Today we boarded a boat and spent the afternoon exploring Ynys Enlli (Bardsey Island), a pilgrim destination for centuries but also an interesting community with a history that includes self-declared kings, a commitment to biodiversity and the arts, and a greater connection to the rest of the world than one might imagine for a tiny island that (to some of us at least) seems quite remote. It is said that three pilgrimages to Bardsey was deemed equivalent to one pilgrimage to Rome — so one down, two to go? 😉
The day began with a short walk from Aberdaron to Porth Meudwy. I spotted what looked like a good path at the end of the beach at Aberdaron, but my parents started us out at the end of the National Trust car park in the village. I had a good laugh when we walked up a big hill and then right back down a set of stairs to beach level, to pick up the path I’d seen. (No, I won’t let you forget that particular told-you-so!) The light was gorgeous as we looked back at Aberdaron.
We arrived at Porth Meudwy and, lo and behold, our fellow walkers from Tudweiliog were there! We had a good chat with them while waiting for the boat and on the ride to and from the island — really lovely women who were doing some walking as part of a holiday.
As we approached Bardsey Island, Colin (who grew up on the island and still lives there) took us around to see the many birds in the area. They thrive on the island, which has no rats, and as a result we saw many puffins, choughs, razorbills, guillemots, and of course seagulls. We even caught a glimpse of what looked to be a peregrine falcon.
After landing, Colin gave us an entertaining introduction to the history of the island, answered some questions, and gave us the lay of the land. The lighthouse sits on one end, with a smattering of houses and other buildings spread across the island’s length alongside one large hill. We decided to forego walking to the lighthouse and instead walk up the lane toward the buildings.
Soon enough we were walking up the side of the hill, looking for a hermit’s cave that my brother had noticed on Google Maps. In a burst of energy, I decided to be a bit of a mountain goat and bound up the hill looking for the cave, with a plan to meet my parents at the top. I never did find the cave, but I found some beautiful views and found myself quite out of breath from the running around.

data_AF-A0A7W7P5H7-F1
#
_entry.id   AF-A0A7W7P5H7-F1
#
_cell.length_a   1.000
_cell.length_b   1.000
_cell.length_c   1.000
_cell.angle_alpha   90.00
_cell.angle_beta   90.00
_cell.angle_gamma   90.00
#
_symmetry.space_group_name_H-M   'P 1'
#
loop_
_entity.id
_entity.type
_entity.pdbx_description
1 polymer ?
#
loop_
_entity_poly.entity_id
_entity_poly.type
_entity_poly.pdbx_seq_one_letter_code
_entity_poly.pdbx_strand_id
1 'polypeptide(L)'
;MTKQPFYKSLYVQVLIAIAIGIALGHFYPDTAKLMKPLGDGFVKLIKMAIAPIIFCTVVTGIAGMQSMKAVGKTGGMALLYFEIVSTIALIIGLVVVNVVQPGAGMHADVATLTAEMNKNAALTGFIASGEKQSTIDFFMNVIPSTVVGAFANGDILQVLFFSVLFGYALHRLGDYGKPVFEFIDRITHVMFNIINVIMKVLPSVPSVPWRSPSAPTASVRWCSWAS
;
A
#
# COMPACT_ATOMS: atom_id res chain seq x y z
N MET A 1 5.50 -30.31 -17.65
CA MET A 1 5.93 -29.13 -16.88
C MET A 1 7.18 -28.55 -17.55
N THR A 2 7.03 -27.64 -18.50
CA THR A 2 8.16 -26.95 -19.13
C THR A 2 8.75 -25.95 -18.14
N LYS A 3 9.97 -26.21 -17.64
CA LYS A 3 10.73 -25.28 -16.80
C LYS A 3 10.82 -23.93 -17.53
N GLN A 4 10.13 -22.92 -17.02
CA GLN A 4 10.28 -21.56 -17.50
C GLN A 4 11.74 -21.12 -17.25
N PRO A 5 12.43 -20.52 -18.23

At the top of the hill we looked across at the Llyn Peninsula, which seemed even smaller and narrower than before.
We meandered across the island, stopping to see the remains of the abbey that once stood there, the chapel, the old school, and a couple small shops.
With a few minutes to spare at the end of our walk, I ran up to the lighthouse to get a slightly closer look. I don’t have any particular interest in them, but this one is unusual in being square — and I do like to see if I can find interesting perspectives of them. I didn’t really have time to find a great photo but it was a fun exploration.
Even better, on my way back to the boat I noticed a group of seals lounging in the bay. They were playing and barking at each other, and I stopped to watch them for a bit. Then it was back across the water, where we planned to catch a few buses to Caernarfon and meet my husband for dinner.
But in the end, we didn’t need those buses. Two other visitors on the same boat as us, Barbara and Kelvin, were traveling back that way and offered to drive us to Caernarfon. It was an incredible kindness and the perfect end to all of the surprising connections and conversations we had during the walk. I am so grateful to them and to the entire experience we had on this walk, and just as happy to be returning home now.